What goes around comes around. When Tom Marquand was replaced by Frankie Dettori on well-fancied English King ahead of the Derby at Epsom, some feared that the twenty two-year-old rising star jockey might have missed a golden opportunity to land a first British Classic in 2020.
As it turned out, English King disappointed in fifth while Marquand, widely-praised for the philosophical manner in which he received the bad news, finished runner-up to Serpentine on outsider Khalifa Sat, a ‘spare’ mount.
Wind forward three months, and it was Marquand getting the call-up as sub to take over from Shane Crosse, 18, intended rider of Galileo Chrome in the Pertemps St Leger, when the apprentice was found to be positive for Covid-19 during a regulation test just ahead of the trip to Doncaster for British flat racing’s final and oldest Classic.
So instead of donning the cap traditionally presented to the winning jockey after the colt made it four wins in a row with a narrow defeat of Berkshire Rocco in the 243rd staging, Crosse was starting a period of isolation.
The irony of the situation was not lost on Marquand, partner of equally in-form jockey Hollie Doyle, who said:
“I can’t stress enough how bad I feel for him [Crosse] because we’ve all been in a situation where things haven’t gone our way, and we’re both relatively young so I really can relate.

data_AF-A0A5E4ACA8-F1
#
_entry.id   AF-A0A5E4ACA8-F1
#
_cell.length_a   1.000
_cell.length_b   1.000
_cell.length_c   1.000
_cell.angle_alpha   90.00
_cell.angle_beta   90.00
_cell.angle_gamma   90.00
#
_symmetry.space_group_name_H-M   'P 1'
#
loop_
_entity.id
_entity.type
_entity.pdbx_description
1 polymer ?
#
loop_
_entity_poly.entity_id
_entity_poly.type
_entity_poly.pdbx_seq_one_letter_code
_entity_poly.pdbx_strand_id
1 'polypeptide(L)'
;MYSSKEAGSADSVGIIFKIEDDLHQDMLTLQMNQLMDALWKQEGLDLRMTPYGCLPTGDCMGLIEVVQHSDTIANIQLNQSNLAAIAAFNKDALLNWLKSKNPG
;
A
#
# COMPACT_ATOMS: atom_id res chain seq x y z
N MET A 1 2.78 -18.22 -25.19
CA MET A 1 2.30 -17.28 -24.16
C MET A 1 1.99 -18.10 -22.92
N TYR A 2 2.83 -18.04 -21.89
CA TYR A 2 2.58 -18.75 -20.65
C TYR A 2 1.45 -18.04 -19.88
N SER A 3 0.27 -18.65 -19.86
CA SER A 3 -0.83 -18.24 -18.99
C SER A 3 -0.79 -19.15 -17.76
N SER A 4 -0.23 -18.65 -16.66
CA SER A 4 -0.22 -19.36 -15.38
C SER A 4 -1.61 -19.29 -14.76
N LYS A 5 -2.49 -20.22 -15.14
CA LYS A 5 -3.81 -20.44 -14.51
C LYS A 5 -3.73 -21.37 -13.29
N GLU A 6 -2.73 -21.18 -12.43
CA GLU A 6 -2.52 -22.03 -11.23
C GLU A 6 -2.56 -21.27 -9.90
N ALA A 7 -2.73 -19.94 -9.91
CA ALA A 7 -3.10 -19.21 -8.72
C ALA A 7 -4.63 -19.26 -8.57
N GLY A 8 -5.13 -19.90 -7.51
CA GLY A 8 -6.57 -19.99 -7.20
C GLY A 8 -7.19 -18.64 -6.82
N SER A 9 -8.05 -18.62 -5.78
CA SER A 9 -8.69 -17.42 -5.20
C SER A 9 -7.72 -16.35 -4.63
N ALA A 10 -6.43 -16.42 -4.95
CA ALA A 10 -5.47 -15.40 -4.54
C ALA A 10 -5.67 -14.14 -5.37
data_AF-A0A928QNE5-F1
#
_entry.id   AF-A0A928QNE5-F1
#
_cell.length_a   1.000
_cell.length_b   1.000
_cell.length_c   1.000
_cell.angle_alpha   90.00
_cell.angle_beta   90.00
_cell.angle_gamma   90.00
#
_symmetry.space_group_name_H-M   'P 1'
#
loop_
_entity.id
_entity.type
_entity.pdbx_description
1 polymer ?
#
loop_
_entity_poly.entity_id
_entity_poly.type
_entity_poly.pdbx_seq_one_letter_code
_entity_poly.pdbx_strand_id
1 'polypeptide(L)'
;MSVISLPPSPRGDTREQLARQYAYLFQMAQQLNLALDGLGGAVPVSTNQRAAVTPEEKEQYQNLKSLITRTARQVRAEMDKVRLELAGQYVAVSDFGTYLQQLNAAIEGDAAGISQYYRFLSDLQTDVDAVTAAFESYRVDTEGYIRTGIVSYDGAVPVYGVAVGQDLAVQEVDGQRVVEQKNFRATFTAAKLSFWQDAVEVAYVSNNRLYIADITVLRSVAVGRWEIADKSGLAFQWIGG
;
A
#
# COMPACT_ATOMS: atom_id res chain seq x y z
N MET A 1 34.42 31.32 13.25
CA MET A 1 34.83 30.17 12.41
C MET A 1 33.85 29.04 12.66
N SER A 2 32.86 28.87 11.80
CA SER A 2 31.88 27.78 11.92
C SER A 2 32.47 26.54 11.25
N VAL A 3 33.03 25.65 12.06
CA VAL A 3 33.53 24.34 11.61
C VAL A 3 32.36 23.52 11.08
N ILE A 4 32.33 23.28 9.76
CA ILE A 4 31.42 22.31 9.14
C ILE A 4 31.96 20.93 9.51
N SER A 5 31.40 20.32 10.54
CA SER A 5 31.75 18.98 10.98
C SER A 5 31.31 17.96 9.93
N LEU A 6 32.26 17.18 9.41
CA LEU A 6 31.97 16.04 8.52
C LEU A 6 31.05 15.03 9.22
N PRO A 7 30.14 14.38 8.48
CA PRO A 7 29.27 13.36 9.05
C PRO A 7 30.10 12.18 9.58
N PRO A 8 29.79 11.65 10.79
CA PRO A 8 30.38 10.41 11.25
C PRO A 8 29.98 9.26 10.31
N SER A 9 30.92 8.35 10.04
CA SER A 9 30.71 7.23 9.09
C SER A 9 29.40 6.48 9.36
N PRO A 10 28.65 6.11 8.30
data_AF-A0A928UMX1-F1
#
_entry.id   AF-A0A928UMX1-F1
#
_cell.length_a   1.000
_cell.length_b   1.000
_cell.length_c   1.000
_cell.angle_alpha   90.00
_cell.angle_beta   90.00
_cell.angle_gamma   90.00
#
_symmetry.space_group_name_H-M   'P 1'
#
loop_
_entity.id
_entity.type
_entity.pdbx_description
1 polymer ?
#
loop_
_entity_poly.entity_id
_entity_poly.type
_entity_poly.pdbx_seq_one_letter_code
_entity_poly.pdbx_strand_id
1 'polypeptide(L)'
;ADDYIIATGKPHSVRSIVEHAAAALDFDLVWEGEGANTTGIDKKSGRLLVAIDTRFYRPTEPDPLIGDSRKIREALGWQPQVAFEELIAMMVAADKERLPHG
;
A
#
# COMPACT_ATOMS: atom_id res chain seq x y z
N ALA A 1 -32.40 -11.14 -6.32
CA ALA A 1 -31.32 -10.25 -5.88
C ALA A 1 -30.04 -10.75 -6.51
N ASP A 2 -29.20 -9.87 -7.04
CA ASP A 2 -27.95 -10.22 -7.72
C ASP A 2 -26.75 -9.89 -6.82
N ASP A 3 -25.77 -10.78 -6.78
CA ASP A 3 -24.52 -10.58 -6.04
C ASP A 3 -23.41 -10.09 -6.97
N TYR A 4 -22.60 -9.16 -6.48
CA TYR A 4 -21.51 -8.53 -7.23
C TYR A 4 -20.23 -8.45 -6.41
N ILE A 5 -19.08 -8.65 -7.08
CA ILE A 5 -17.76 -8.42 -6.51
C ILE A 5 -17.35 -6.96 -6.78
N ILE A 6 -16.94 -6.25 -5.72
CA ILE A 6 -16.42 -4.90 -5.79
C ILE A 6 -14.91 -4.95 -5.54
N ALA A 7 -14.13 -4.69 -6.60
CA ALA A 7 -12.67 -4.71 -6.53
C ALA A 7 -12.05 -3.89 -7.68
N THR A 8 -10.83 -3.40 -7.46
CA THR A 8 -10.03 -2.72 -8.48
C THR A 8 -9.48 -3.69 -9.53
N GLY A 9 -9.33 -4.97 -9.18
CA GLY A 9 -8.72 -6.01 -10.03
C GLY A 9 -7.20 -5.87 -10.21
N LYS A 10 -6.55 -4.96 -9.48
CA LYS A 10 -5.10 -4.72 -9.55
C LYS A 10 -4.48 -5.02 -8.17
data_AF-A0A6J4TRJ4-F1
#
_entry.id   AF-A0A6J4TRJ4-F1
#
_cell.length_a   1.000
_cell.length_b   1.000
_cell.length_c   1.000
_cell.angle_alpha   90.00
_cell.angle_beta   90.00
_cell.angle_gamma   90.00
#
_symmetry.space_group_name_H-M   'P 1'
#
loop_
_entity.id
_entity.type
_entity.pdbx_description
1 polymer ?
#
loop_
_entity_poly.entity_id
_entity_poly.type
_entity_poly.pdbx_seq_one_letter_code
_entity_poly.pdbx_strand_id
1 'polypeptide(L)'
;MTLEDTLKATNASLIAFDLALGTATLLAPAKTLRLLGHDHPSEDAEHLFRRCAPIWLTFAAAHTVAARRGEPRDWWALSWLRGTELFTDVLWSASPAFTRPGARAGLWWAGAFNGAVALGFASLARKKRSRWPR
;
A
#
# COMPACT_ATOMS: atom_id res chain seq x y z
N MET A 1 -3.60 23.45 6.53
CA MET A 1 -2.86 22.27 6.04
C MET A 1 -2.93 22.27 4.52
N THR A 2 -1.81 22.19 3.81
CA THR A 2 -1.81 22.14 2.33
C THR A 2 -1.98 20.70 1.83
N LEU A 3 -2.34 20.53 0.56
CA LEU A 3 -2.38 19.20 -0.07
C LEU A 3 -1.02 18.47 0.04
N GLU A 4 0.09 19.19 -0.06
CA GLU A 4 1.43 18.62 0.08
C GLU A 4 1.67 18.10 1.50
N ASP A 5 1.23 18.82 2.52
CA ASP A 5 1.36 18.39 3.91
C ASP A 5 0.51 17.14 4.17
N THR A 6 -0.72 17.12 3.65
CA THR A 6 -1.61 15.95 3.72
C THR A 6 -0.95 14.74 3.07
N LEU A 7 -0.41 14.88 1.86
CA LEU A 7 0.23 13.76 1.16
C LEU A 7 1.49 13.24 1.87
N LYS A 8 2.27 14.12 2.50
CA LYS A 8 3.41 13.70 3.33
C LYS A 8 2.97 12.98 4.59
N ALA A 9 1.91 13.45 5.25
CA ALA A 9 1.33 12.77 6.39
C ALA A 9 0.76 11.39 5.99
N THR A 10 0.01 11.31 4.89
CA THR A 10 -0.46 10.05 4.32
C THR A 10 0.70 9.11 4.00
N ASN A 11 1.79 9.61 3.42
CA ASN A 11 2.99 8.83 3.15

“He’ll be sat at home in pieces no doubt; I guess the one thing is in racing that it always come back around so no doubt he’ll have his day, and I look forward to seeing him do it. I’ll speak to him later.”
Galileo Chrome is the latest feather in the cap of trainer Joseph O’Brien who was celebrating his first win in a British Classic having already been successful in a string of major races elsewhere, including the Irish Derby and Melbourne Cup, since giving up a stellar riding career to set up training at a base previously occupied by his parents, Aidan and Anne-Marie, and his grandfather Joe Crowley in County Kilkenny, Ireland.
Having won the St Leger on Leading Light (2013) – and been a close second on Camelot the year before – O’Brien is the second person in the last century to both ride and train a St Leger winner after Harry Wragg who steered Sandwich (1931) and Herringbone (1943) to victory before saddling the 1969 winner Intermezzo.
With seven runners spread spectacularly across the course entering the closing stages – there may be some good joke-photographs doing the rounds when the ‘Rule of Six’ comes into place – all the principals looked to have a chance of success.
Jockey Martin Dwyer felt that well-touted Pyledriver’s stamina did not last out the distance as he finished third; Frankie Dettori, on fourth-placed Santiago, thought the result might have been different had the good going been softer; stamina was also considered the issue for Hukum (5th).
Elsewhere at Doncaster, in front of the enforced eerily silent stands, the tendency of the Richard Hannon team, father and now son, to regularly use the Champagne Stakes as a shop-window for its star juveniles continued – think colts like Don’t Forget Me (1986), Toronado (2012), Threat (2019) – as Chindit, ridden by jockey Pat Dobbs, looked like a chip off the old block after success over Albasheer.
The Dewhurst Stakes at Newmarket on Future Champions Day (October 10) is now the plan when he’s likely to face another unbeaten and much-heralded Hannon-trained two-year-old Etonian.